The film is amazingly beautiful, it is skillfully written, directed and performed. It reminded me of "The white ribbon" by the Austrian  , of the classical "The passion of Joan of Arc" by the Danish Carl Theodor Dreyer, and of the early classics by the Swedish Ingmar Bergman. On the other hand, it reminded me of the Israeli film "Fill the Void" by Rama Burshtein, in that its portrays a young woman who is very religious and very naïve, who has lived all her life in a protecting closed social system, and then a crack is revealed in that system. But unlike Burshtein's film, and much like Haneke's film, this film is anything but naïve, and it can easily be understood why it is controversial in the country it comes from.

On one hand, the passage of Wanda and Ida leads them to a Polish farmer, who confesses to Ida that he had killed her parents with an axe. As I understand it, by depicting such a farmer, the author is taking a side in a bitter argument between conservatives and liberals in Poland. The conservatives claim that only Germans were killing Jews in Poland during WW2, that no Pole has done such a thing, perhaps other than a few marginal people, who by no means represent the noble Polish nation. That is a kind of argumentation that we in Israel know well from the discourse about Prime Minister Rabbin's murder. To that say the liberals, that there were indeed noble Poles who hid Jews and saved their lives, as there were Poles who chose not to be involved, but there were also quite several Poles who murdered Jews out of their own initiative. The way in which the author depicts the encounter with the farmer leaves no place for a doubt: this man is not some marginal character in the Polish society, a lost sheep that went outside the herd. There are many like him, and many did what he has done. Hence, conservative circles in Poland blame the author that his film is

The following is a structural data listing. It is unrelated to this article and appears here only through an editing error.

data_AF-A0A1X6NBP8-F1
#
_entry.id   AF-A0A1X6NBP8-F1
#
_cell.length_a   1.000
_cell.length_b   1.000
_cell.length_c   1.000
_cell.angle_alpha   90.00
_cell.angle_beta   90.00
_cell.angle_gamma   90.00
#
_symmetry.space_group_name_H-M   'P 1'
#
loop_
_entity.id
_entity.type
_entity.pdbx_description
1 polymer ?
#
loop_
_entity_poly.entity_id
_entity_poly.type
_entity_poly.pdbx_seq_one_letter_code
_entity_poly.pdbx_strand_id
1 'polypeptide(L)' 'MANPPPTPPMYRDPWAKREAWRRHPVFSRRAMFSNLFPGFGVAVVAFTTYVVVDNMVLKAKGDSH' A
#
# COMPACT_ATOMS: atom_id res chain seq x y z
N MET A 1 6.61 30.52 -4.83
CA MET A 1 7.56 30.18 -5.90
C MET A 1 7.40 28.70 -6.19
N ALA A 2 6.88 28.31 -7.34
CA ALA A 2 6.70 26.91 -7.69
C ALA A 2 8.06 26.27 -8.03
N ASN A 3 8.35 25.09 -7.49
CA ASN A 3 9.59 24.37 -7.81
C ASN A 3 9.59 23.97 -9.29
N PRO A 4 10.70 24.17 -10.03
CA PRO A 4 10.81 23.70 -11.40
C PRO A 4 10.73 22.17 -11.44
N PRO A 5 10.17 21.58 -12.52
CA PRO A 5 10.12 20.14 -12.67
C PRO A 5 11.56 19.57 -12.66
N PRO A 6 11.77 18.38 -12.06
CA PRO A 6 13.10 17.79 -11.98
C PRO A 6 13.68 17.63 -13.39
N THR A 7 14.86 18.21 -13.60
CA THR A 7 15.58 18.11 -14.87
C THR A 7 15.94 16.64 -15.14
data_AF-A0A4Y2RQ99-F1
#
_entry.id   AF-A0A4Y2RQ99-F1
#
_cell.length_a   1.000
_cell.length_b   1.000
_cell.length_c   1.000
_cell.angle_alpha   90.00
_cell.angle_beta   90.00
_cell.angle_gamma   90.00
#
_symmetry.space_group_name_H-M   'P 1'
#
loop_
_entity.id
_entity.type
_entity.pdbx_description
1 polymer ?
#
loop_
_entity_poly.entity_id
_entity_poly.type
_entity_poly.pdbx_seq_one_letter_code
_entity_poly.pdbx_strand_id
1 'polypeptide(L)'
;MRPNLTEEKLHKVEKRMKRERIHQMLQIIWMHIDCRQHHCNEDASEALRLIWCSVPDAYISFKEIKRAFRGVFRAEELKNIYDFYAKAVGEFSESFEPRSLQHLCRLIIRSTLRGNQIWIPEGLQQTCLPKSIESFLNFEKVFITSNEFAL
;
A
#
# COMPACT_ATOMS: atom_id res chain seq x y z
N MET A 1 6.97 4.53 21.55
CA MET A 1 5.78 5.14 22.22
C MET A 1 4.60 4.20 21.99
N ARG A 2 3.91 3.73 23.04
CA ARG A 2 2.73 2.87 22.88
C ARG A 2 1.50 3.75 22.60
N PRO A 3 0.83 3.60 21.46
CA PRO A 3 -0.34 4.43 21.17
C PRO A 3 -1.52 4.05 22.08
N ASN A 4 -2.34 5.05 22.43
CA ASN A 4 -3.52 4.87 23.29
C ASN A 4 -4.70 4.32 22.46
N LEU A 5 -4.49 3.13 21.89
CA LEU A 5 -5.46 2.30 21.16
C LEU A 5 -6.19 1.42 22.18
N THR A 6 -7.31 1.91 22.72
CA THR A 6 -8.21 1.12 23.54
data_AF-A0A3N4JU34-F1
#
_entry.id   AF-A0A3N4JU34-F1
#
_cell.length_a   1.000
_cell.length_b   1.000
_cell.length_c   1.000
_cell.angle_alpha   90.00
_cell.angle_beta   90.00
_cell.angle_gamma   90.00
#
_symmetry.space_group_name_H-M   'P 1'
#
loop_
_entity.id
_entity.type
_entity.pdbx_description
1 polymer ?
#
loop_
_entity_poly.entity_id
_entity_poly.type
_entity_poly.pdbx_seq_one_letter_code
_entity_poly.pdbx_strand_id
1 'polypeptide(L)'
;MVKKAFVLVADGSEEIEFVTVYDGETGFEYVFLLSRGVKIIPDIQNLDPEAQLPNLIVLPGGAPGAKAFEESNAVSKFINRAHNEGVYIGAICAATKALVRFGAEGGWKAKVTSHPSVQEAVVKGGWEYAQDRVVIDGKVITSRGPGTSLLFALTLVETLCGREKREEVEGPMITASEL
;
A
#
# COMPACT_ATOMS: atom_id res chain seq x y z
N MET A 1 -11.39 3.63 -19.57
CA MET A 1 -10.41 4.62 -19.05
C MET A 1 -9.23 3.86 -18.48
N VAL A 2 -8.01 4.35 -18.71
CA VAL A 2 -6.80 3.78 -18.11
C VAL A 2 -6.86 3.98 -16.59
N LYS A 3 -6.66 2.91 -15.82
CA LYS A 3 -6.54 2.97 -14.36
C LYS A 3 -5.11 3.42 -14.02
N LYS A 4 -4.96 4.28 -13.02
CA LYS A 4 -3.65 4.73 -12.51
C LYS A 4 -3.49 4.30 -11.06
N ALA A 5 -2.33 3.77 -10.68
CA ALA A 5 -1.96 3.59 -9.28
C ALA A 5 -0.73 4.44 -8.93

As I am writing this, I try to imagine what conservative circles in Israel would say about an Israeli Jew who would make a film about the court that sentenced Jesus to death. 'It was not us!', they would probably cry out, 'the Romans are the ones who crucified him!'.